Norman TakeuchiOttawa artist Norman Takeuchi remembers his Japanese-Canadian family's exile during World War II through the eyes of a young boy on an adventure. "We, along with other Japanese-Canadians in B.C. were forced to evacuate our homes on the coast and move inland," Takeuchi recalls. "My parents had to leave almost everything behind, including dad's new truck, which I think broke his heart." While he and his two young brothers had a good time, "running around the countryside, it was our parents who suffered, trying to make ends meet. They would have dealt with it with shikata ga nai , a resolution and determination to make the best of it."
The duality of being Japanese Canadian is at the heart of my recent work. As a member of a community that experienced the upheaval of the internment years, my art work embraces conflicting views: the earlier difficulties of acknowledging my Japanese heritage and the later acceptance of it. Unsettling and uncomfortable abstract forms which allude to the early exclusion years jostle with images from old Japan. While the paintings represent an uneasy search for harmony and balance between the two worlds, they are ultimately a celebration of my dual heritage.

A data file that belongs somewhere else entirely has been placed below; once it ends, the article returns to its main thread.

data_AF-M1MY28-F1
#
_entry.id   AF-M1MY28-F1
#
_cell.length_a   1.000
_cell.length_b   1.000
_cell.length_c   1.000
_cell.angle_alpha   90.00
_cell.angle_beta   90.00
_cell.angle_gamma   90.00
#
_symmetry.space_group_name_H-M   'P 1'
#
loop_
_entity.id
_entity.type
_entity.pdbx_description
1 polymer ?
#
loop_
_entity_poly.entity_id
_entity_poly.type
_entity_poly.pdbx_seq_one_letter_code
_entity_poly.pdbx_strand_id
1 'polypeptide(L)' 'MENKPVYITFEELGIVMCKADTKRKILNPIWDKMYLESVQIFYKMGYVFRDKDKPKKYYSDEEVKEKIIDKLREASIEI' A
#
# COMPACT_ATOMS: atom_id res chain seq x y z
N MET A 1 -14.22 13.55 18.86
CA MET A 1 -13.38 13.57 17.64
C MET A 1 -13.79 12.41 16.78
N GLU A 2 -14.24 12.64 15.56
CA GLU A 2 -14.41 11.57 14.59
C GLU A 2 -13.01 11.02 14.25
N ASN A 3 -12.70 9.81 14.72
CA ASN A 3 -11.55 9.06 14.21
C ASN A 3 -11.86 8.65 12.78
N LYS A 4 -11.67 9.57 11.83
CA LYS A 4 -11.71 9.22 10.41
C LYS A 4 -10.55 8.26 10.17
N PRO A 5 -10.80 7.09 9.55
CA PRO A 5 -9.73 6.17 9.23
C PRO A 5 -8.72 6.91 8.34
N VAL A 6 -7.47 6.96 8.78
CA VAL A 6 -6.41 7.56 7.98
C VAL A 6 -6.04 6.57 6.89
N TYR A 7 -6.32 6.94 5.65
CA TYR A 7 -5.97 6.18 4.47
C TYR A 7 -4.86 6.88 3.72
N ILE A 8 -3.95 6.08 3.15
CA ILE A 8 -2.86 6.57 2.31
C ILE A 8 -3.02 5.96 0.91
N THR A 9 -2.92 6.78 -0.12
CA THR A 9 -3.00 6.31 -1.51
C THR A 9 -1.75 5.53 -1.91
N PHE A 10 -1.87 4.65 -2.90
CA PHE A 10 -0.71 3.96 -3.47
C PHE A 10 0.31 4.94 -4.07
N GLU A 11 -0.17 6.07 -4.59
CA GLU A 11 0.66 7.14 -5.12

"His powerful colours, flowing lines and thoughtfully rendered drawing reflects this cross cultural tug running through his veins," says curator Don Monet. "The results are strong yet sensitive, delicately attuned and powerfully emotive."
Price Range: $500 - $5,000